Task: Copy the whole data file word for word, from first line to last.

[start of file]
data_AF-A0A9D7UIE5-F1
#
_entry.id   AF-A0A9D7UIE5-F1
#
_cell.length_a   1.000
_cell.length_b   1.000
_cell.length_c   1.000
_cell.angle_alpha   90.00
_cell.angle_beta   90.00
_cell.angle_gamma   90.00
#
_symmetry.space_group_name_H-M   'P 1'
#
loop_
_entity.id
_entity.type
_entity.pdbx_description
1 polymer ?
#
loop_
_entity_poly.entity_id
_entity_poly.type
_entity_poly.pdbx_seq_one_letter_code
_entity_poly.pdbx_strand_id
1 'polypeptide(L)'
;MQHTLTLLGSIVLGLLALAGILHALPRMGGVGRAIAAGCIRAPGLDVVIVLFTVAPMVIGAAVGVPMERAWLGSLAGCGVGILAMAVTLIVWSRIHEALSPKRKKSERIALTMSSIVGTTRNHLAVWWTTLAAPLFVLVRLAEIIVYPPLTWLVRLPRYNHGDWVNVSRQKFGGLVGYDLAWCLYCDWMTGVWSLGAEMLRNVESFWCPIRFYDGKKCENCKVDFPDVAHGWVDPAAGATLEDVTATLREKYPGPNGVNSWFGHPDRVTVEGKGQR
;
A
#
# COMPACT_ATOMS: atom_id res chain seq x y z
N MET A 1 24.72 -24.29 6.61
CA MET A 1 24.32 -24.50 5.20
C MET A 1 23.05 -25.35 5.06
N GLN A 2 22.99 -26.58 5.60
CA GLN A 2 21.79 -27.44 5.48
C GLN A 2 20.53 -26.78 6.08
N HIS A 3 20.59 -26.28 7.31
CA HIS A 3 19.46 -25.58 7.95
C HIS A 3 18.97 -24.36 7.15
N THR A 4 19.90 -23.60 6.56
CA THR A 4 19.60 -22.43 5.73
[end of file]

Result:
data_AF-A0A9D7UIE5-F1
#
_entry.id   AF-A0A9D7UIE5-F1
#
_cell.length_a   1.000
_cell.length_b   1.000
_cell.length_c   1.000
_cell.angle_alpha   90.00
_cell.angle_beta   90.00
_cell.angle_gamma   90.00
#
_symmetry.space_group_name_H-M   'P 1'
#
loop_
_entity.id
_entity.type
_entity.pdbx_description
1 polymer ?
#
loop_
_entity_poly.entity_id
_entity_poly.type
_entity_poly.pdbx_seq_one_letter_code
_entity_poly.pdbx_strand_id
1 'polypeptide(L)'
;MQHTLTLLGSIVLGLLALAGILHALPRMGGVGRAIAAGCIRAPGLDVVIVLFTVAPMVIGAAVGVPMERAWLGSLAGCGVGILAMAVTLIVWSRIHEALSPKRKKSERIALTMSSIVGTTRNHLAVWWTTLAAPLFVLVRLAEIIVYPPLTWLVRLPRYNHGDWVNVSRQKFGGLVGYDLAWCLYCDWMTGVWSLGAEMLRNVESFWCPIRFYDGKKCENCKVDFPDVAHGWVDPAAGATLEDVTATLREKYPGPNGVNSWFGHPDRVTVEGKGQR
;
A
#
# COMPACT_ATOMS: atom_id res chain seq x y z
N MET A 1 24.72 -24.29 6.61
CA MET A 1 24.32 -24.50 5.20
C MET A 1 23.05 -25.35 5.06
N GLN A 2 22.99 -26.58 5.60
CA GLN A 2 21.79 -27.44 5.48
C GLN A 2 20.53 -26.78 6.08
N HIS A 3 20.59 -26.28 7.31
CA HIS A 3 19.46 -25.58 7.95
C HIS A 3 18.97 -24.36 7.15
N THR A 4 19.90 -23.60 6.56
CA THR A 4 19.60 -22.43 5.73